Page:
Keywords: Coral Dental Anxiety Scale, dental anxiety, determinants, prevalence
|How to cite this article:|
Bashiru BO, Omotola OE. Prevalence and determinants of dental anxiety among adult population in Benin City, Nigeria. Eur J Gen Dent 2016;5:99-103
|How to cite this URL:|
Bashiru BO, Omotola OE. Prevalence and determinants of dental anxiety among adult population in Benin City, Nigeria. Eur J Gen Dent [serial online] 2016 [cited 2017 Mar 27];5:99-103. Available from: http://www.ejgd.org/text.asp?2016/5/3/99/189252
| Introduction|| |
Professional dental care received on a regular basis can provide an opportunity for prevention, early diagnosis, and treatment of oral and craniofacial disease and conditions. , People who seek regular preventive care have better oral health than those who do not or who seek care only when needed. , Dental anxiety is a significant determinant whether people will make regular dental visits.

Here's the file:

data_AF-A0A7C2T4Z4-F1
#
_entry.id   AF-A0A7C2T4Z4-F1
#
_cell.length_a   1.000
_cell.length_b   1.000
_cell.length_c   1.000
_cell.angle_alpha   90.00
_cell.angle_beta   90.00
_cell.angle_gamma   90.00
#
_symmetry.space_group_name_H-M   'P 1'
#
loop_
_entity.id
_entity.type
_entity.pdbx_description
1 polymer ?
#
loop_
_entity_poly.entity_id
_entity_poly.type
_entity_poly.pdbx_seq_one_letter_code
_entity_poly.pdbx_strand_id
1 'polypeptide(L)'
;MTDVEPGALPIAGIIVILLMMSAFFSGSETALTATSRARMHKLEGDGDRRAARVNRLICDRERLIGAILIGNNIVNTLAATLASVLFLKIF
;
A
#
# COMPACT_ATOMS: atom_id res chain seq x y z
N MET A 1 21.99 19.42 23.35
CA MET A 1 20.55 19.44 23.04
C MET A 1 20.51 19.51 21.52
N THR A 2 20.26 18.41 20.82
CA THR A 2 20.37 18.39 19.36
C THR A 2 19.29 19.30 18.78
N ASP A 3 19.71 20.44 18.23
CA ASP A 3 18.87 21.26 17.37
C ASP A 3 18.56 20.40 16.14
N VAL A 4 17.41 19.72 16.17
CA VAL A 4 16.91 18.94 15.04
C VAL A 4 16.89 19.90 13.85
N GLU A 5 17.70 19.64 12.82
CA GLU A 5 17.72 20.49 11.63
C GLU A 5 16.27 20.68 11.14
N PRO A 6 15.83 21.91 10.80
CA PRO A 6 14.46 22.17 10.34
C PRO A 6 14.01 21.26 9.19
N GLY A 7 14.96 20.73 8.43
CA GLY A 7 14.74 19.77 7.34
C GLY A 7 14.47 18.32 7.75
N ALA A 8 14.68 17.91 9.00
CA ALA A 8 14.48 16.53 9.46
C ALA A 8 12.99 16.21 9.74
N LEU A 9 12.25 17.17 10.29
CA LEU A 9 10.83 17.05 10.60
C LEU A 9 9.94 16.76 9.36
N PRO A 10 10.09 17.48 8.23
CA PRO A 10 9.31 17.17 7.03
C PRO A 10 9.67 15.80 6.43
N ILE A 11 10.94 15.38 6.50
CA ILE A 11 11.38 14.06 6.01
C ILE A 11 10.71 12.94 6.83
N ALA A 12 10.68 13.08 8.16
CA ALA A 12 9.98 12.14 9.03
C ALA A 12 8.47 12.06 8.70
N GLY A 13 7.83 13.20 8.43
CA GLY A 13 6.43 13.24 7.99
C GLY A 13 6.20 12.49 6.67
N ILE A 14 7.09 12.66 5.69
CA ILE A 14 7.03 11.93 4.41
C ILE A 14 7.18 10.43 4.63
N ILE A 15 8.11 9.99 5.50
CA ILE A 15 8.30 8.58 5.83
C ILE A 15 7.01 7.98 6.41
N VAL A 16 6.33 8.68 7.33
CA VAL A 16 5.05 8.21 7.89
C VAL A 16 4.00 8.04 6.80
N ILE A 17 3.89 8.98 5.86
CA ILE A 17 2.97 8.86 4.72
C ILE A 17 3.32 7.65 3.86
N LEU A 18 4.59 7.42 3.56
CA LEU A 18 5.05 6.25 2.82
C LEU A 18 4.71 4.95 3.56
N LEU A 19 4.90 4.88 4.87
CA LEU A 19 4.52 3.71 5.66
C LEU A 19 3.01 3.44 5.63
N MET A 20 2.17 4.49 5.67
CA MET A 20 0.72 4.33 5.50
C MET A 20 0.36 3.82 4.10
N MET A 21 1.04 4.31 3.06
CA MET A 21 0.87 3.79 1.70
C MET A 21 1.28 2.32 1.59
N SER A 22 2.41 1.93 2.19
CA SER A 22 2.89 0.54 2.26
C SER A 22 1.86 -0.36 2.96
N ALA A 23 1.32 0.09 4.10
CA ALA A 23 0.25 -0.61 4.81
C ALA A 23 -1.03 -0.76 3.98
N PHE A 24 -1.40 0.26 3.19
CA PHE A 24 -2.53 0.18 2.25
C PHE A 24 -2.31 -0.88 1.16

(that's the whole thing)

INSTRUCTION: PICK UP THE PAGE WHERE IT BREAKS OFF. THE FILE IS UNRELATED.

Dental anxiety is a "vague unpleasant feeling accompanied by a premonition that something undesirable is going to happen."  Unlike fear, anxiety, and its associated symptoms are most often anticipatory in nature, that is they are often felt when a stimulus is not present or readily identifiable. 
Various scales and psychological tests are available for the evaluation of dental anxiety in clinical settings and for research purposes; ,,,, according to Newton and Buck,  the most widely used in clinical settings was the Coral Dental Anxiety Scale (CDAS), this was adopted for this study. CDAS is brief, easy to administer, reliable, valid, and sensitive.  The CDAS has a good internal consistency with reliability coefficient of 0.86. It has good concurrent validity, with significant correlations with several measures of stress and anxiety related to dental work.  The CDAS is also reported as being sensitive to changes in dental anxiety as results of treatment.  It is 4-item questionnaire scored by summing individual item scores (from a = 1 to e = 5) for a total score from 4 to 20. ,,,,